Chris Christie's Long History of Opposition to Progressive Tax Policy


| | Bookmark and Share

During his five years in office, New Jersey Gov. and now presidential candidate Chris Christie has consistently blocked progressive tax increases and sought to pass regressive and fiscally irresponsible tax cuts. The starkest example of how Gov. Christie has sought to make New Jersey’s tax code more unfair is that he consistently vetoed a small tax rate increase on millionaires but (conveniently until this week) refused to reverse his cuts to the state’s earned income tax credit (EITC). On the federal level, Gov. Christie has similarly laid out a broad tax cut plan that would heavily favor the wealthiest taxpayers while simultaneously slashing federal revenue.

Record as Governor of New Jersey

One of Gov. Christie’s very first actions as governor was vetoing the continuation of a temporary 2009 income tax increase on the state’s millionaires. The millionaire’s tax would have only affected the top 0.2 percent of New Jersey households and provided hundreds of millions in critically needed revenue as the state was still reeling from the recession.

Gov. Christie in 2010 pushed through a reduction in the state’s EITC from 25 to 20 percent of the federal credit. For all of Gov. Christie’s talk of the need for tax cuts, the reality is that his first year in office actually resulted in higher taxes for many of the state’s low- and middle-income families, while protecting the state’s wealthiest from paying a slightly higher tax rate.

It’s important to note that even with the millionaire’s tax, the state’s wealthiest residents would not have very much to complain about. The Institute on Taxation and Economic Policy (ITEP) calculated in 2015 that if the state were to restore the EITC to its previous level and reinstate the millionaire’s tax, the wealthiest 1 percent of taxpayers in the state would still pay a substantially lower state and local effective tax rate than the bottom 20 percent of taxpayers.

Worse, Gov. Christie also enacted a 2 percent cap on the growth of local property taxes. Like other property tax caps, Christie’s version severely limited the ability of local governments to raise enough revenue to provide basic public services. This limitation was especially harsh on local government because Christie also fought to cut state aid to them.

Beyond their effect on local government revenue, property tax caps are a poorly targeted way of providing tax breaks to individuals in need because wealthier taxpayers with better ability to pay also get a tax break. A better, targeted approach is the state’s property tax circuit breaker. Rather than expand the circuit breaker, Gov. Christie cut the rebates in half from 2011-2013. In addition, he delayed sending out rebates for nine months, choosing to prioritize other tax cuts instead.

Gov. Christie has attempted to pile on even more fiscally irresponsible and regressive tax breaks in recent years. He proposed a 10 percent across-the-board income tax cut, which would have cost the state billions and would have disproportionately benefited the wealthiest taxpayers. Gov. Christie tried to justify the cuts by relying on wildly unrealistic revenue projections, which assumed that New Jersey’s revenue growth rate would be nearly three times the national average.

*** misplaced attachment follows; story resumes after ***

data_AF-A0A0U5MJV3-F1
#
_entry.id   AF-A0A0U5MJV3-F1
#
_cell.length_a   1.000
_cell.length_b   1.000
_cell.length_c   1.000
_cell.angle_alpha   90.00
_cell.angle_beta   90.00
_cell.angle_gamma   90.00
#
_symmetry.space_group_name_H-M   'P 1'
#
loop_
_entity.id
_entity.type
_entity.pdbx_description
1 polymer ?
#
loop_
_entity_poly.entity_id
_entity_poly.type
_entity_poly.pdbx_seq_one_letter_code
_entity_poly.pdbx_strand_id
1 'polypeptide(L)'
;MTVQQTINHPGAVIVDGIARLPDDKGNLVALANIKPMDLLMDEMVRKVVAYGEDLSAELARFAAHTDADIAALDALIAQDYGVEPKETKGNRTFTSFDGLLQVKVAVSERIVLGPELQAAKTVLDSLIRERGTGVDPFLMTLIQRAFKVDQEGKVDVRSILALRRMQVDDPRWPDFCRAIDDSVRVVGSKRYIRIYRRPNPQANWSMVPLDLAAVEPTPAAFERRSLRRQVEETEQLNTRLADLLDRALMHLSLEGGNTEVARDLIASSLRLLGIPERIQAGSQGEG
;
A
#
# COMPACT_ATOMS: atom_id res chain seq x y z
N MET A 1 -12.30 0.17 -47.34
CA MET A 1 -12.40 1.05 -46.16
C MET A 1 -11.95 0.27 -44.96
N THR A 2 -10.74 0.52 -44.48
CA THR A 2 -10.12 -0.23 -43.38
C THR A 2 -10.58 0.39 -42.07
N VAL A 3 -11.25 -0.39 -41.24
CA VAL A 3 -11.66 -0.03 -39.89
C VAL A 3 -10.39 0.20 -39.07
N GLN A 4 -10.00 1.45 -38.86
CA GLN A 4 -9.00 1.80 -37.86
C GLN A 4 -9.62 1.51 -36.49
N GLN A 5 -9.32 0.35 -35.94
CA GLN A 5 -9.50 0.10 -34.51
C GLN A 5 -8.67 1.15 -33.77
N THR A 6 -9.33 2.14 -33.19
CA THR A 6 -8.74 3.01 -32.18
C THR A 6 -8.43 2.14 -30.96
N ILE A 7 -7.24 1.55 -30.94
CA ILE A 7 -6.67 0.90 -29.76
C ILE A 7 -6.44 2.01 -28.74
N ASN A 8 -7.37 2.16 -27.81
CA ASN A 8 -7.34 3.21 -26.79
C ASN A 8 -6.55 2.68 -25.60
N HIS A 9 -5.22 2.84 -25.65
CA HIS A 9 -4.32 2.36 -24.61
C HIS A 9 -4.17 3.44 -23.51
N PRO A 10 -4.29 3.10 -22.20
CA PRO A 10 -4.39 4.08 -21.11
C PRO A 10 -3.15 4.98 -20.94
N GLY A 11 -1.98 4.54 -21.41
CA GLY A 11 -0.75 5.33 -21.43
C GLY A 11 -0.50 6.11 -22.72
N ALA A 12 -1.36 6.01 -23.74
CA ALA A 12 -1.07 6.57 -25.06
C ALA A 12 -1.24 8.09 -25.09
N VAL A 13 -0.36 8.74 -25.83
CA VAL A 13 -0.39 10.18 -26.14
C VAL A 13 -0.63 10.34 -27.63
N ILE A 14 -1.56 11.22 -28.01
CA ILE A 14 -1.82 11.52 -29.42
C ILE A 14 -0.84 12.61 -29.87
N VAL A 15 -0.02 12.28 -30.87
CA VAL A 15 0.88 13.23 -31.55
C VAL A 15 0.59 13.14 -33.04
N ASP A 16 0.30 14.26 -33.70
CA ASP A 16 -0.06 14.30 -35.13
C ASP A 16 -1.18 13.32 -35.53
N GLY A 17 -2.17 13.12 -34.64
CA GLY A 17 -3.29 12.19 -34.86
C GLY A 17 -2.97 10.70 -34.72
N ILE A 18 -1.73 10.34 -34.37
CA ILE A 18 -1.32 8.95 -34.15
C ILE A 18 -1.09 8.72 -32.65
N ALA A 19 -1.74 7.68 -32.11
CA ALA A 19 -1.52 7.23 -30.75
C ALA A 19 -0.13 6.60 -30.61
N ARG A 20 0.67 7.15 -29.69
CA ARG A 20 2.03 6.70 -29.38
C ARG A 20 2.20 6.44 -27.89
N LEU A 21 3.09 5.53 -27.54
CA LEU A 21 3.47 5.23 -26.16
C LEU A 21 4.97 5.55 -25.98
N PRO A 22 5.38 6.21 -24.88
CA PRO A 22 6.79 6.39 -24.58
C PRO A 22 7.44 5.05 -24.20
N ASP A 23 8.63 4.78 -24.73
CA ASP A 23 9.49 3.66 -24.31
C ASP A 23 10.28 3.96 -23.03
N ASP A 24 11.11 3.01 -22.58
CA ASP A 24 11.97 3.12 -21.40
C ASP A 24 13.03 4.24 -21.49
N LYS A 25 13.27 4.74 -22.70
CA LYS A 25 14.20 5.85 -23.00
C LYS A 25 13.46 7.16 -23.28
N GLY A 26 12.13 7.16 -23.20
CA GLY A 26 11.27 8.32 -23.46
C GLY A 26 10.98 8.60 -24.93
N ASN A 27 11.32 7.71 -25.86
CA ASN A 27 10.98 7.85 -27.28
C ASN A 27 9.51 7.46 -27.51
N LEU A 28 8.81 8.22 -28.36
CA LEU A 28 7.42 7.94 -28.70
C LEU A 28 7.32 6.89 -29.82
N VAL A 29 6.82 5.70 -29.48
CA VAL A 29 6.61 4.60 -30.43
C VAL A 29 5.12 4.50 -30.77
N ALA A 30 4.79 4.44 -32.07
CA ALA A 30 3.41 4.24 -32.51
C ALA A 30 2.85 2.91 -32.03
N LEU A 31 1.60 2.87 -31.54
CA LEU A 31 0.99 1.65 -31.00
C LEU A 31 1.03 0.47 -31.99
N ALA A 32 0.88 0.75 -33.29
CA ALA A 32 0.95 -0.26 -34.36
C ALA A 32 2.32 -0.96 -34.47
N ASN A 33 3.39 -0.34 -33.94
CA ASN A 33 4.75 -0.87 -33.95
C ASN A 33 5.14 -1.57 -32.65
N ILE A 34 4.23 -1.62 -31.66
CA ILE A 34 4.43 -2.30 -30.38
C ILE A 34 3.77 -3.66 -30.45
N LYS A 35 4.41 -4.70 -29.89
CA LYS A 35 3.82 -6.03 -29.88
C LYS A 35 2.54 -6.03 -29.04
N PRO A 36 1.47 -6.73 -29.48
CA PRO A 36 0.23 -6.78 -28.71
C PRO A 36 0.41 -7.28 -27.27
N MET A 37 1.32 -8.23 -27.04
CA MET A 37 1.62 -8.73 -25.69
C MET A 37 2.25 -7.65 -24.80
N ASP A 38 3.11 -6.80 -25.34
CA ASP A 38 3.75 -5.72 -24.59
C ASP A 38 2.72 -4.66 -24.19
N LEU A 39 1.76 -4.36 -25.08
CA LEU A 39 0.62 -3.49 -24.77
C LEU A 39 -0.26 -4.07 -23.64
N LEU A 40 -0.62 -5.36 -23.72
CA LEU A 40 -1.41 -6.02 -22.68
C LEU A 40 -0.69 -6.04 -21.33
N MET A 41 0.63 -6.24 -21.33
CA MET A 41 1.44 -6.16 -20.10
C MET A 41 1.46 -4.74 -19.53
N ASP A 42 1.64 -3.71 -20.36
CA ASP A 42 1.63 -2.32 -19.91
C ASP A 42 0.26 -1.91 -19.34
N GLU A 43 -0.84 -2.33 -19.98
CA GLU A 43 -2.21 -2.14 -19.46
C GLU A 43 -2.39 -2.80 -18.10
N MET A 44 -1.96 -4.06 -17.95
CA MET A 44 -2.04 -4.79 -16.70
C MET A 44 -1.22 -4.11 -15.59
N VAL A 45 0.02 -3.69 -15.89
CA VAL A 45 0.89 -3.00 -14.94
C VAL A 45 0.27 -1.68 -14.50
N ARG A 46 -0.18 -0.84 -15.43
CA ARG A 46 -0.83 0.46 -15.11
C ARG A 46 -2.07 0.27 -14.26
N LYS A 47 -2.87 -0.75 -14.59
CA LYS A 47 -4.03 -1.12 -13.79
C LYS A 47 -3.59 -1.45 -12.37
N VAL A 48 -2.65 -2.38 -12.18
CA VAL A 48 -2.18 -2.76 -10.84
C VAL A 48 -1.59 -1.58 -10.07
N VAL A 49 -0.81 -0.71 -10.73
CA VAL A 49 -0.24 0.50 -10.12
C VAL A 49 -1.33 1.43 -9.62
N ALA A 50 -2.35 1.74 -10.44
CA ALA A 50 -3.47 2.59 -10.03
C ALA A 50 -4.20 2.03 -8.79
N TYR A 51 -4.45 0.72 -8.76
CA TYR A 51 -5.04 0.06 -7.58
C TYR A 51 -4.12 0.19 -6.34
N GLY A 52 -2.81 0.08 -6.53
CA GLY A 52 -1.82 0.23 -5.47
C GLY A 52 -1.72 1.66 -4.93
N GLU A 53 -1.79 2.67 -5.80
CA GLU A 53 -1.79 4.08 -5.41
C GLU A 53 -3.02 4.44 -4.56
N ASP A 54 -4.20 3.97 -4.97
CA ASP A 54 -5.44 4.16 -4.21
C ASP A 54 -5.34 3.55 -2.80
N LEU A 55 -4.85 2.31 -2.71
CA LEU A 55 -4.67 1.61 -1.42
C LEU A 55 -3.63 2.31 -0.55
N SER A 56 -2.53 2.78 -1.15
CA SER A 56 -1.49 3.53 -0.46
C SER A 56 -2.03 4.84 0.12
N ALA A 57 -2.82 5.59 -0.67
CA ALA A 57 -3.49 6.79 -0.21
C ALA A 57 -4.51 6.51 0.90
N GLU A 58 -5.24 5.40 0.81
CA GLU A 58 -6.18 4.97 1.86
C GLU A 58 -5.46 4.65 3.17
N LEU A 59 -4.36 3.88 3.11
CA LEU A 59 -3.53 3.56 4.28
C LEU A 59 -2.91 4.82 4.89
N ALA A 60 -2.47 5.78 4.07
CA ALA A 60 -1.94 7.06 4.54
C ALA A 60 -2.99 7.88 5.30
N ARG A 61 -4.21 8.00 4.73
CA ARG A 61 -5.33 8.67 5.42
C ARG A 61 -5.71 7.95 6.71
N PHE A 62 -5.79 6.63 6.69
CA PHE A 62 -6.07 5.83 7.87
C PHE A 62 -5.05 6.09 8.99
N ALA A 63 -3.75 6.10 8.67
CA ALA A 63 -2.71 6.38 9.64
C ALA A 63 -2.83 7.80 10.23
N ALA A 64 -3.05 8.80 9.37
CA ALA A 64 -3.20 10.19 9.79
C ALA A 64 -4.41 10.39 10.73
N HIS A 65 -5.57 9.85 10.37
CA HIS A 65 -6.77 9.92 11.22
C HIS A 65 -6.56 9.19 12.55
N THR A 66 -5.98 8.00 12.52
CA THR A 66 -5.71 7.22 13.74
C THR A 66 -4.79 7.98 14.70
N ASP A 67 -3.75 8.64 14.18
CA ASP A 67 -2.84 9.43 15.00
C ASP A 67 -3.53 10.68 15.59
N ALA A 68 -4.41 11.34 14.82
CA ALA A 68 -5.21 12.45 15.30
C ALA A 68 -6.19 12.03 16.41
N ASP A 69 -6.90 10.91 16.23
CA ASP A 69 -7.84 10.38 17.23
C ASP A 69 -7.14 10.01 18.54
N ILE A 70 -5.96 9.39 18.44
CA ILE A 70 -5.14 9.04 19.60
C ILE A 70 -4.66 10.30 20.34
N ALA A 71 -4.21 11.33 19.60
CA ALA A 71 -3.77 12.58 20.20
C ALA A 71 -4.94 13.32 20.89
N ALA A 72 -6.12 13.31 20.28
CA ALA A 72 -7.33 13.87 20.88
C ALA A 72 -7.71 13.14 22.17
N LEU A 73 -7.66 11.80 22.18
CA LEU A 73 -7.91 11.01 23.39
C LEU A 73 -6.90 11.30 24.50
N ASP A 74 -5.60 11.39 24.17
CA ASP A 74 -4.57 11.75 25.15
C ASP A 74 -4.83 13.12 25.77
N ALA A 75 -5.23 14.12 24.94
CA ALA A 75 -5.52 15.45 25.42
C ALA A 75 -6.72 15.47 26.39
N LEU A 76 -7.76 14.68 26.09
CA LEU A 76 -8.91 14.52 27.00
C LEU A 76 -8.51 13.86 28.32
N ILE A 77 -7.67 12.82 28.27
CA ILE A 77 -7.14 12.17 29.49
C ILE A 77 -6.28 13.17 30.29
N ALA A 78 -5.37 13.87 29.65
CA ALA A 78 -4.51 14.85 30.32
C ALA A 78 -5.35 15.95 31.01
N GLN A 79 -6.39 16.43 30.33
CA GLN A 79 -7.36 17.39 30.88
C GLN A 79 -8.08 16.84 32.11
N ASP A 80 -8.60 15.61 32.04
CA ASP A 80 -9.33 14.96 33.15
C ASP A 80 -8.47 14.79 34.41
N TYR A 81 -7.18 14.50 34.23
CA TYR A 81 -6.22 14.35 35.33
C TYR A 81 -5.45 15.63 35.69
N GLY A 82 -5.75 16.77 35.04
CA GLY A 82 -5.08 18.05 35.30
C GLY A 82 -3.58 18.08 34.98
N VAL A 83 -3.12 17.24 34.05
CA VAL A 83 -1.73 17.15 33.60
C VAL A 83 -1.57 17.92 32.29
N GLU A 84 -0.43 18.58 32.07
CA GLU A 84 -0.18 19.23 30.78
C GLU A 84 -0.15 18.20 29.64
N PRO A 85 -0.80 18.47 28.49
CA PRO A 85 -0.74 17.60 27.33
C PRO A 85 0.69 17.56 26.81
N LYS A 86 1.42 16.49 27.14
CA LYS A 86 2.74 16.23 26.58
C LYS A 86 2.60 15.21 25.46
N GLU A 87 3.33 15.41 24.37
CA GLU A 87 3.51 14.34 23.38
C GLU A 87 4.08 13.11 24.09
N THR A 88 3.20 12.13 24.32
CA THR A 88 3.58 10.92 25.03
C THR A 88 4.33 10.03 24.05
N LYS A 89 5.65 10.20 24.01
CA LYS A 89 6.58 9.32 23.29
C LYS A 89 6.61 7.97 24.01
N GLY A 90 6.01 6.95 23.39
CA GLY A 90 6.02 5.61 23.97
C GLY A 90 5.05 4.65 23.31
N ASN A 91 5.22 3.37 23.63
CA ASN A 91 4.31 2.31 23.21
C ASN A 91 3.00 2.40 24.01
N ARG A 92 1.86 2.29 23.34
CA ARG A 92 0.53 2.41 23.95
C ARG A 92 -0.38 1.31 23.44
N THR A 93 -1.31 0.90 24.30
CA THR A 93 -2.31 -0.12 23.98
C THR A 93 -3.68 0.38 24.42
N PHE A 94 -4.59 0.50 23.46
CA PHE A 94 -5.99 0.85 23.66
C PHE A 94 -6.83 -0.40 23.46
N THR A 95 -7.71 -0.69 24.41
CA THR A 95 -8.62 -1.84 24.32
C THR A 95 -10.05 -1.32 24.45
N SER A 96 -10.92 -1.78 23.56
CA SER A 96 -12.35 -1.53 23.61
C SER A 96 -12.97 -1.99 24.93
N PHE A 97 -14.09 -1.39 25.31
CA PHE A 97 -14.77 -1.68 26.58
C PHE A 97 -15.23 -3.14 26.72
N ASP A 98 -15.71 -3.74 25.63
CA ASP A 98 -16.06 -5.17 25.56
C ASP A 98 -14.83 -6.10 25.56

Besides fighting for tax cuts on the personal side of the tax code, Gov. Christie has plowed a stunning $4 billion into tax subsidies for businesses in the state since the start of 2010. In contrast, the state awarded only $1.2 billion in subsidies during the entire previous decade. Despite investing so much more into tax subsidies, Gov. Christie recently vetoed commonsense legislation that would have required better scrutiny of the impact of his corporate tax break programs.

In 2010, Gov. Christie rejected $6 billion in federal funds for a critical transportation project to avoid paying just a third of the project’s cost. Two years ago, Gov. Christie privatized the state’s lottery system, promising that the move would pay substantial dividends for the state. Today, the gamble is already proving to be a revenue-losing dud, which should have been predictable given how unrealistic the projections were for how much the newly privatized lottery was supposed to realize.

To his credit, Gov. Christie reversed his position just this week on the state’s EITC and actually called for it to be raised to 30 percent of the federal EITC. The legislature quickly moved to pass this change, which will benefit an estimated 500,000 households in the state.

Gov. Christie’s Federal Tax Reform Plan

In the run-up to his official presidential announcement, Gov. Christie laid out his vision for federal tax reform in an op-ed in the Wall Street Journal. The plan follows in the footsteps of 2012 presidential candidate Mitt Romney’s tax reform proposal in that it calls for a dramatic drop in personal and corporate income tax rates without specifying how it would make up for the loss in revenue from the rate cuts. The only thing Gov. Christie says on this point is that breaks for charitable contributions and interest on home mortgages should be protected and that one potential approach would be to cap the total deductions and credits taxpayers can receive. A Citizens for Tax Justice (CTJ) analysis of Romney’s plan found that it would cut taxes for families making over a million dollars by an average of $250,000 annually and lacking more details from Gov. Christie, this is a pretty good proxy for the impact his plan would likely have.

In reviewing the proposal, CTJ’s Director Bob McIntyre noted that Gov. Christie’s plan “would almost certainly entail both a huge increase in the national debt and a huge increase in inequality.” Given Gov. Christie’s tax record in New Jersey, this should not be much of a surprise.

Sign Up for Email Digest

CTJ Social Media


ITEP Social Media


Categories